Reinstate Corporation: Everything You Need to Know
If you need to reinstate corporation, there are several steps you must follow such as submitting a reinstatement application to receive active status.3 min read
If you need to reinstate corporation, there are several steps you must follow. An administratively-dissolved or revoked business entity must submit a reinstatement application to receive active status. Note this is not a financial statement. The application contains the most current data on file with the Division of Corporations and can be accessed online. The state in which a corporation is incorporated will determine the laws the corporation is subject to.
Theoretically speaking, a corporation is everlasting, but voluntary and involuntary actions on behalf of the corporate shareholders may cause the company to be declared inactive by the state. In order for a corporation to maintain its business license and registration, it must remain in good standing with its home state. Corporations must fulfill certain requirements each year to remain in compliance with the state laws.
Restoring a corporation to active status may involve penalties and fees; each state will vary in the process.
The Benefits of Reinstating
- Stay in compliance with laws
- Able to continue doing business
- Ability to re-establish a company that was at one time not in good standing with its state
The formation of a corporation requires an Articles of Incorporation to be filed according to state law. Although the forms may vary from state to state, most request that the business name is provided along with the purpose of the company. In addition, a request to list the number of shares of stock the corporation is authorized to use may be applicable.
The state the corporation was formed in is referred to as the corporation's domicile. The domicile has the authority to regulate the corporation. After registering a corporation, there are ongoing requirements that must be maintained in a timely manner to stay in compliance.
As previously mentioned, corporations must fulfill certain requirements each year to remain in compliance, or good standing, with the state laws. One state may require an annual report and fee to be submitted each year, while another might require an annual report, a state income tax return, and an additional franchise tax.
What Happens When a Company Doesn't Stay in Compliance?
When a corporation fails to remain in compliance due to things such as annual filings or failure to pay annual taxes, the corporation may be suspended by the state. Usually, after a set amount of time, also known as a grace period, if the corporation has not complied, the state will put the corporation on inactive status.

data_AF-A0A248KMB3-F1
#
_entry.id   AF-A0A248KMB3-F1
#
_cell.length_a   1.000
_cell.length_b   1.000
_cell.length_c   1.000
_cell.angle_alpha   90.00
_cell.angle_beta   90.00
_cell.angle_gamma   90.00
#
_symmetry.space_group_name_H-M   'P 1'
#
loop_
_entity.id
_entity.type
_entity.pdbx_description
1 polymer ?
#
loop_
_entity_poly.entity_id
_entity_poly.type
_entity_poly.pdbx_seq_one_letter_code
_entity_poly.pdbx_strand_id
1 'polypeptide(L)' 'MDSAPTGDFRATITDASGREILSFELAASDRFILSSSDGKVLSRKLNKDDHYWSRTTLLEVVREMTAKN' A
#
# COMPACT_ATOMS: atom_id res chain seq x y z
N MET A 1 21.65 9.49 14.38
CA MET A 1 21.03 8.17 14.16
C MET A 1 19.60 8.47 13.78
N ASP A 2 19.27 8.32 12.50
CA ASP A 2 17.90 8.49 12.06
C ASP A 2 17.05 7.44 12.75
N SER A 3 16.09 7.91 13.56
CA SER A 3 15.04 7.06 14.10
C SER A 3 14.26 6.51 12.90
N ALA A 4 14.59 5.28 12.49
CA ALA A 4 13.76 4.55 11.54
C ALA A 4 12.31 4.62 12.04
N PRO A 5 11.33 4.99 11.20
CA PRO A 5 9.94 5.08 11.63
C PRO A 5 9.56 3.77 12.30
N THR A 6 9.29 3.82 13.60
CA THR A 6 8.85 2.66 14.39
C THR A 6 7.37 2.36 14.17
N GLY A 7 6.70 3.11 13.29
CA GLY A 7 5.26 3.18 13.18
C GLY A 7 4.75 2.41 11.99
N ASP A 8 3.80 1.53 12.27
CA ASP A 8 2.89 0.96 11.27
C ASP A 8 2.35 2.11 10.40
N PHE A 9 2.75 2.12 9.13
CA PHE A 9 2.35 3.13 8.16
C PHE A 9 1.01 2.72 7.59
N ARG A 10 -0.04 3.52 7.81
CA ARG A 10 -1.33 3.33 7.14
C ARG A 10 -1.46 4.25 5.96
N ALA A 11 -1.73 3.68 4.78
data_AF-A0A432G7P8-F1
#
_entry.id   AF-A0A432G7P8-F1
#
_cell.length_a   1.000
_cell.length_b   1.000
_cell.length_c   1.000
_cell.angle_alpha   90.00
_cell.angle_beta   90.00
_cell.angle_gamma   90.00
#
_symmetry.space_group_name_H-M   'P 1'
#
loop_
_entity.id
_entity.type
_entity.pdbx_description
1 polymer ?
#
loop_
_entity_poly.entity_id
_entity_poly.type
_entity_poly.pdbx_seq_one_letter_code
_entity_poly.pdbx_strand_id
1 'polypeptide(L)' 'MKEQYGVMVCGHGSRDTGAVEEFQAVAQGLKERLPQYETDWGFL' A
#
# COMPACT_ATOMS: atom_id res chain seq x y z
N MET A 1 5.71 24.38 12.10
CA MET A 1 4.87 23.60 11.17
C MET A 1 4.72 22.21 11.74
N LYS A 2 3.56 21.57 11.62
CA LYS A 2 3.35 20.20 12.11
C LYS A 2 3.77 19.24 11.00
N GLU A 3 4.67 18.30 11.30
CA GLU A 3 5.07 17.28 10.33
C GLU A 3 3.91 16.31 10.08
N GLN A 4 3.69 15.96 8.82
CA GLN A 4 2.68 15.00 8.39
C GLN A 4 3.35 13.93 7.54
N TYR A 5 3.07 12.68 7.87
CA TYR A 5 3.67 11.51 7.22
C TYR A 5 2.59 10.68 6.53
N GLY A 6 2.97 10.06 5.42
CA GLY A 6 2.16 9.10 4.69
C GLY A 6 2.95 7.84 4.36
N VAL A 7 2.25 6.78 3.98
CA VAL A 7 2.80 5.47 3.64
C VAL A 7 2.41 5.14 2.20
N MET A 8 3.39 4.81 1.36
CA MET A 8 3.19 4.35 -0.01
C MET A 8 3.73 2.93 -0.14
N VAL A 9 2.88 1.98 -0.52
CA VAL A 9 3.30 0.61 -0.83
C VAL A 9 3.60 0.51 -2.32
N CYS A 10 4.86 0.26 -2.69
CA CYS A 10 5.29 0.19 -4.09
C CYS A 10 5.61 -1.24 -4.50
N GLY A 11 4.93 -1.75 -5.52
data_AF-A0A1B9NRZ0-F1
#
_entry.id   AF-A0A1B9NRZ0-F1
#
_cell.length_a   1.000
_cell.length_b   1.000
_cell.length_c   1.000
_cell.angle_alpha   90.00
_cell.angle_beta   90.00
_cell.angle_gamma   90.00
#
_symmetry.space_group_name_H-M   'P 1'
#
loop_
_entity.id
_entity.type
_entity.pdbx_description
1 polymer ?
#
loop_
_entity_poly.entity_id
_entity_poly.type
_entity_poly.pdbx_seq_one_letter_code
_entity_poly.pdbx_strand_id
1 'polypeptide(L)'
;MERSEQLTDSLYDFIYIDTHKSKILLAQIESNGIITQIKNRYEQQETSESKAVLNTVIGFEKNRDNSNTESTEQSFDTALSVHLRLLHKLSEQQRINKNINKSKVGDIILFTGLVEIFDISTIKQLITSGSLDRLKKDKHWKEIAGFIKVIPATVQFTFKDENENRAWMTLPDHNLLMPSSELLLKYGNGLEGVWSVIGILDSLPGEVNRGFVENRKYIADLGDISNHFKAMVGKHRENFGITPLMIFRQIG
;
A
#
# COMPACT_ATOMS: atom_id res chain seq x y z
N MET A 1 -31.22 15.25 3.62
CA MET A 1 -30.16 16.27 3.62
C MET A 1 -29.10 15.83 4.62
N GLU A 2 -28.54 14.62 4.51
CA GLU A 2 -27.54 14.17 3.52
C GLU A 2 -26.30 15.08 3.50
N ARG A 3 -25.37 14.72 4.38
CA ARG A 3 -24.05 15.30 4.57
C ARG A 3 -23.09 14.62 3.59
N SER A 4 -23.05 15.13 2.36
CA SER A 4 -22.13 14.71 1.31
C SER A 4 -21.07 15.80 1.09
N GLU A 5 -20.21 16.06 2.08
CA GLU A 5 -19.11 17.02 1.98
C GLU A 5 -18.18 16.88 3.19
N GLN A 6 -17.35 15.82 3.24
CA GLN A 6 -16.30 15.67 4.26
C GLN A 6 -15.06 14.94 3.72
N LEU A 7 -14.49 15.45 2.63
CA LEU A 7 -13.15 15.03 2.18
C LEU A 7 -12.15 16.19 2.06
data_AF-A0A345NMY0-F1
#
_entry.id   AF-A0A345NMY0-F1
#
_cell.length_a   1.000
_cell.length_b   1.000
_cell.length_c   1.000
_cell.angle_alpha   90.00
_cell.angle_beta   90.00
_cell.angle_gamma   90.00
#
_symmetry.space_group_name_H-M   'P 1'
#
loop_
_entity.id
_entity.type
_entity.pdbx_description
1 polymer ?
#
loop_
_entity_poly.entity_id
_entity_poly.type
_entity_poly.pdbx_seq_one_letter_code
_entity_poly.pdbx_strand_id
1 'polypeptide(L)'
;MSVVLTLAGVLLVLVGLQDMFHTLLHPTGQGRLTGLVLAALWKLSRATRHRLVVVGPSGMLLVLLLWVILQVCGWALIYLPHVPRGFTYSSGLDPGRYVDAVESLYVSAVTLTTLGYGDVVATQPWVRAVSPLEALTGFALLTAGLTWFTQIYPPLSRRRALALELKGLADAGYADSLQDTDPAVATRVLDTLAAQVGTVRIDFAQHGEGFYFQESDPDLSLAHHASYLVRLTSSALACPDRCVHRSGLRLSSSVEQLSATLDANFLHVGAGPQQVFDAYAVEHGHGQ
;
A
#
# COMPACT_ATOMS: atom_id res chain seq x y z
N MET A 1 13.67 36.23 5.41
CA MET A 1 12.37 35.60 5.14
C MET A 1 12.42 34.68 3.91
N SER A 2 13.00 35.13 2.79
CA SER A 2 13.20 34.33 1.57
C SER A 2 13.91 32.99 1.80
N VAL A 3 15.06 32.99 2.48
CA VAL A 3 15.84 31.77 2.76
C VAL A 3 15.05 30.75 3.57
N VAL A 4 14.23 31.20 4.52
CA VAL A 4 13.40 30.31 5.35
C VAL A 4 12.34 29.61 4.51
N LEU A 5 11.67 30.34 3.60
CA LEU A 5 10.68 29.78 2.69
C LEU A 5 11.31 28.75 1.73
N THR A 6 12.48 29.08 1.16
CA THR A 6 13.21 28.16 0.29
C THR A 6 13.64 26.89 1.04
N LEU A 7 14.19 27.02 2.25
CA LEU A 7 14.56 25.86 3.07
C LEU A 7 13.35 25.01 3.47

Many states allow shareholders or board of directors to place a corporation on inactive status if the corporation plans to suspend operations for a considerable length of time. When a corporation chooses to voluntarily become inactive, the state may proceed to place the corporation on inactive status.
When a corporation fails to remain in compliance, most states will automatically place the corporation on inactive status. The grace period allowed for a corporation to become compliant will vary from state to state. In Louisiana, a corporation has an extended time of three years before being placed on inactive status for failing to fulfill state requirements. However, in Georgia, the grace period is not so gracious, allowing only 60 days if a corporation fails to file the annual report.
What Does the Reinstatement Process Involve?
The reinstatement process can vary from state to state as well, as seen in Alaska, where no formal reinstatement is required. The corporation simply pays double the filing fees plus the total amount of fees for the time period the business was inactive.
Most states allow a reinstatement after a fee has been paid along with its annual obligations, and in most states, reinstatement is only available for a certain number of years after dissolution. Texas allows a corporation to apply for reinstatement at any time if the corporation was placed inactive due to tax reasons.
A reinstatement can take a considerable amount of time. The reinstatement application must be filed with both the Secretary of State and often the Department of Revenue or Taxation. It is important to research and examine the process and requirements subject to your home state when requesting a reinstatement.
If a business has been administratively dissolved for less than 12 months, it can be reinstated by making an online payment; this payment can be made using a credit card.
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